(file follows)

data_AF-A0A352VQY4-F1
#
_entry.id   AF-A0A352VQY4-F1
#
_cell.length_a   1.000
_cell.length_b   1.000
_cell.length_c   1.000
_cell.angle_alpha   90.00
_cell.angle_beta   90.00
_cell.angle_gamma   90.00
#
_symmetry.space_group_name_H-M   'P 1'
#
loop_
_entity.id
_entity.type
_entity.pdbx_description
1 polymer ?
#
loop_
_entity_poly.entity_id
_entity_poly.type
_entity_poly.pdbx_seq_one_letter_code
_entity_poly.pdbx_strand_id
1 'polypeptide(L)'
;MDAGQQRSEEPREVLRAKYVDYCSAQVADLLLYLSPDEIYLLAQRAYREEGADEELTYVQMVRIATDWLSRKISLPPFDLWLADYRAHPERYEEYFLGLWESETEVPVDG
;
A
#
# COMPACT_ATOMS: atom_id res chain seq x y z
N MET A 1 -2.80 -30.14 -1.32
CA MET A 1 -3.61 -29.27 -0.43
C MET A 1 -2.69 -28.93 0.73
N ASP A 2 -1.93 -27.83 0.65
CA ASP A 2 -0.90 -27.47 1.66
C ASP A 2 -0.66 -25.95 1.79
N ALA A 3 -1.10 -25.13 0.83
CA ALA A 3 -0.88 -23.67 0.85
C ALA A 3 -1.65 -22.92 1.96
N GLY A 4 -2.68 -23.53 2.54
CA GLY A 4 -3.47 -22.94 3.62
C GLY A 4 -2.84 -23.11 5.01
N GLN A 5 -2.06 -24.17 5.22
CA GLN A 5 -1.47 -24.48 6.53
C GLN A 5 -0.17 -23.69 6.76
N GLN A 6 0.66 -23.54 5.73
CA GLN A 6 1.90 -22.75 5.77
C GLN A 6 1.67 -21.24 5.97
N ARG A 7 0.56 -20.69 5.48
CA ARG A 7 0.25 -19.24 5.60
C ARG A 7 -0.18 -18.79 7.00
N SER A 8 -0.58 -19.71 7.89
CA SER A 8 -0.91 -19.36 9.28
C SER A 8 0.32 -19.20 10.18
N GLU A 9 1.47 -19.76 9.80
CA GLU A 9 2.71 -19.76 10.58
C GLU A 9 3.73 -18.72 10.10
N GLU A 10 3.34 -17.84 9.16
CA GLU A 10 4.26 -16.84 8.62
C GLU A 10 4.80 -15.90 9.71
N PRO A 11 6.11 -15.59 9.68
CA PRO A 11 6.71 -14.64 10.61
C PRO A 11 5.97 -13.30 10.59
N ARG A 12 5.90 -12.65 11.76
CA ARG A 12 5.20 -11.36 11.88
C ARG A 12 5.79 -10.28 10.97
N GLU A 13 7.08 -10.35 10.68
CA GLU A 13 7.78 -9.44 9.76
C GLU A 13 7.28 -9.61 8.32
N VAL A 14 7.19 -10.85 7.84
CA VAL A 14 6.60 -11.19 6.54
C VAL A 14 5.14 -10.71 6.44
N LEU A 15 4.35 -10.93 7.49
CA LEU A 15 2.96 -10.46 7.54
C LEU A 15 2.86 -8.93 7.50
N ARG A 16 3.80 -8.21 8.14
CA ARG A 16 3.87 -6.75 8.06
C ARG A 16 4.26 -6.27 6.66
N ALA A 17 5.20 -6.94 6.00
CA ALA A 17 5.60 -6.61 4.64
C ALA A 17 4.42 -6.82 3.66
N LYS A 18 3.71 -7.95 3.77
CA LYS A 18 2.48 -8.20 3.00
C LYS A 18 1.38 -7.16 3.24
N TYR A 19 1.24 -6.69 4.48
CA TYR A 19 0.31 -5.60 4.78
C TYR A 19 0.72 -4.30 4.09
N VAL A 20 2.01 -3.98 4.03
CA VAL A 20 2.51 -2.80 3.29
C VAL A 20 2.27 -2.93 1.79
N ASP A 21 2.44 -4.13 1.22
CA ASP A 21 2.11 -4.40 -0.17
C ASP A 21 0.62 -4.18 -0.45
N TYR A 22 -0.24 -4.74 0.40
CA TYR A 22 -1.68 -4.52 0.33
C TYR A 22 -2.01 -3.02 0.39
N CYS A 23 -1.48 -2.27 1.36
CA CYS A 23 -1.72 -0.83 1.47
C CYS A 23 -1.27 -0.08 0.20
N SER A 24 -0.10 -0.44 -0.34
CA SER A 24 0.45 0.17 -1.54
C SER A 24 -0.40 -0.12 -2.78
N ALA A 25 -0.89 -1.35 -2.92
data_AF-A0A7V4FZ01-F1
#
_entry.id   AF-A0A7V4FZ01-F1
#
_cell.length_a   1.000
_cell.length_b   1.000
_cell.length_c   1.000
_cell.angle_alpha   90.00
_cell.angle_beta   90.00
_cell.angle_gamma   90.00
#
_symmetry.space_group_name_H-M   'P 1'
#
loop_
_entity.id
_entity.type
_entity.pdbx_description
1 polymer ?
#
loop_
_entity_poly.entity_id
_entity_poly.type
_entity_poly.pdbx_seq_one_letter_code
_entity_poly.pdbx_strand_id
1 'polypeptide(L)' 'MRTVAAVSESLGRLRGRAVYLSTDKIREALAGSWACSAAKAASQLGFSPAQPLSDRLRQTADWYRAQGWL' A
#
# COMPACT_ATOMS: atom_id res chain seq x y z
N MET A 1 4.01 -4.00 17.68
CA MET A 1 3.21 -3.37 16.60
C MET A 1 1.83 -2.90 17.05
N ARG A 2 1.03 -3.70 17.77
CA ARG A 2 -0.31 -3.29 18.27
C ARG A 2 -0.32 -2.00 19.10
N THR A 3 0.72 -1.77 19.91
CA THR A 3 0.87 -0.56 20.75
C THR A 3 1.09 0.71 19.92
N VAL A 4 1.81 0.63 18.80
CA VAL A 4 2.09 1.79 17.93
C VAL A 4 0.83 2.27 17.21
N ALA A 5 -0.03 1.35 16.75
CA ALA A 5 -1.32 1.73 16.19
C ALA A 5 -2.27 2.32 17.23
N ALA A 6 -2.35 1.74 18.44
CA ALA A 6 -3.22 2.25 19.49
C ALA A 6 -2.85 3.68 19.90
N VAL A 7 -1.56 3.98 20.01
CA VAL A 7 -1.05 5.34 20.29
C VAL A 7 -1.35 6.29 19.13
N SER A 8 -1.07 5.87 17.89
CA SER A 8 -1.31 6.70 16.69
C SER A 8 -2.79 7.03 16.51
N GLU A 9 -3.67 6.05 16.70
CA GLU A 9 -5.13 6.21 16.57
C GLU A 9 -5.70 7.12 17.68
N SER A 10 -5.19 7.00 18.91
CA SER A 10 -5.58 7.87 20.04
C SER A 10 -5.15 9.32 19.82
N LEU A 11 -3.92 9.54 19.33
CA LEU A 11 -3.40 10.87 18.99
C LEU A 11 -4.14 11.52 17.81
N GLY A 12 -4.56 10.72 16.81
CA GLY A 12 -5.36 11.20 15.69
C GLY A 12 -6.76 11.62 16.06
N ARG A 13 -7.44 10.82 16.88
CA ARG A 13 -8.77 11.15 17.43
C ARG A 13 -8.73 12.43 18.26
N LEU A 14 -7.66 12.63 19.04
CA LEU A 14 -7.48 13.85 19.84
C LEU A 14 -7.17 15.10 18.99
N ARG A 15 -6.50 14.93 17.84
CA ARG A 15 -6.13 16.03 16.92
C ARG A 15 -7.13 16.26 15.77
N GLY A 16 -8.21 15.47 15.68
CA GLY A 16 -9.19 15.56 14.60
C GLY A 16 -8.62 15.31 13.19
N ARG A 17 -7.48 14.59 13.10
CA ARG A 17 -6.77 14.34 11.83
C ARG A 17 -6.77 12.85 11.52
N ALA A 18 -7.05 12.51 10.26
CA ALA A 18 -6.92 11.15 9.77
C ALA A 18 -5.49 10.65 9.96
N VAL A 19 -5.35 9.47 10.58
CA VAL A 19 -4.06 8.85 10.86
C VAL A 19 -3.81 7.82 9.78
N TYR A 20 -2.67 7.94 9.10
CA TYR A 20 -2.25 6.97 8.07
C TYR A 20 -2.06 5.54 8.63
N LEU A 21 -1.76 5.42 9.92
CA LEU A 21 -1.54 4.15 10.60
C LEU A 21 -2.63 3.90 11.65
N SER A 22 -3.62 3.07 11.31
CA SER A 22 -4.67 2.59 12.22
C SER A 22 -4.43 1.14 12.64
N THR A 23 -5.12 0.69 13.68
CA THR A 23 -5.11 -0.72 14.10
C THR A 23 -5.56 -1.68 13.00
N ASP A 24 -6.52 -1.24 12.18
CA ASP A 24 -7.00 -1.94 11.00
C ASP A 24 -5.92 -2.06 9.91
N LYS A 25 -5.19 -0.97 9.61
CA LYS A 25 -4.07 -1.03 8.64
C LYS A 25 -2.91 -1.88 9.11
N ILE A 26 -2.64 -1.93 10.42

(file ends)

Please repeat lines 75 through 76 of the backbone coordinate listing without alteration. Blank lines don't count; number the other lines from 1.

C LEU A 15 2.86 -8.93 7.50
N ARG A 16 3.80 -8.21 8.14